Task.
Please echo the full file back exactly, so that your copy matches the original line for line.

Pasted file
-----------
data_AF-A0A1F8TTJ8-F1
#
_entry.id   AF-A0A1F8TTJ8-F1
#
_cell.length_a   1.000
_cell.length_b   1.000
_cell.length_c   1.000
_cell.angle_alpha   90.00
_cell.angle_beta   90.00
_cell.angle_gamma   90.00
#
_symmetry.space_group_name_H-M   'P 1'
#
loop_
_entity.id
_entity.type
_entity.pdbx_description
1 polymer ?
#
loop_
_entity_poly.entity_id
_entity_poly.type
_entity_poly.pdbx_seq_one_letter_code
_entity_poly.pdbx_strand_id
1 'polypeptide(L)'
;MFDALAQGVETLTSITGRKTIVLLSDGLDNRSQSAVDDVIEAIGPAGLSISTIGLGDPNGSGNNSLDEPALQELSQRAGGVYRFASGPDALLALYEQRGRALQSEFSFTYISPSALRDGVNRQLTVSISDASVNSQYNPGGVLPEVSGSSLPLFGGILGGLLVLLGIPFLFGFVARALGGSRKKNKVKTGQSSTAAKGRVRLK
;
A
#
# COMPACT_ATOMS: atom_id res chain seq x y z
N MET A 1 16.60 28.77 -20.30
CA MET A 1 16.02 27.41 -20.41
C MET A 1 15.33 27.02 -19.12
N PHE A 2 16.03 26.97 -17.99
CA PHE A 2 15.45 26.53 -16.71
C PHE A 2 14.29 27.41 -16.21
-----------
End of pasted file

data_AF-A0A1F8TTJ8-F1
#
_entry.id   AF-A0A1F8TTJ8-F1
#
_cell.length_a   1.000
_cell.length_b   1.000
_cell.length_c   1.000
_cell.angle_alpha   90.00
_cell.angle_beta   90.00
_cell.angle_gamma   90.00
#
_symmetry.space_group_name_H-M   'P 1'
#
loop_
_entity.id
_entity.type
_entity.pdbx_description
1 polymer ?
#
loop_
_entity_poly.entity_id
_entity_poly.type
_entity_poly.pdbx_seq_one_letter_code
_entity_poly.pdbx_strand_id
1 'polypeptide(L)'
;MFDALAQGVETLTSITGRKTIVLLSDGLDNRSQSAVDDVIEAIGPAGLSISTIGLGDPNGSGNNSLDEPALQELSQRAGGVYRFASGPDALLALYEQRGRALQSEFSFTYISPSALRDGVNRQLTVSISDASVNSQYNPGGVLPEVSGSSLPLFGGILGGLLVLLGIPFLFGFVARALGGSRKKNKVKTGQSSTAAKGRVRLK
;
A
#
# COMPACT_ATOMS: atom_id res chain seq x y z
N MET A 1 16.60 28.77 -20.30
CA MET A 1 16.02 27.41 -20.41
C MET A 1 15.33 27.02 -19.12
N PHE A 2 16.03 26.97 -17.99
CA PHE A 2 15.45 26.53 -16.71
C PHE A 2 14.29 27.41 -16.21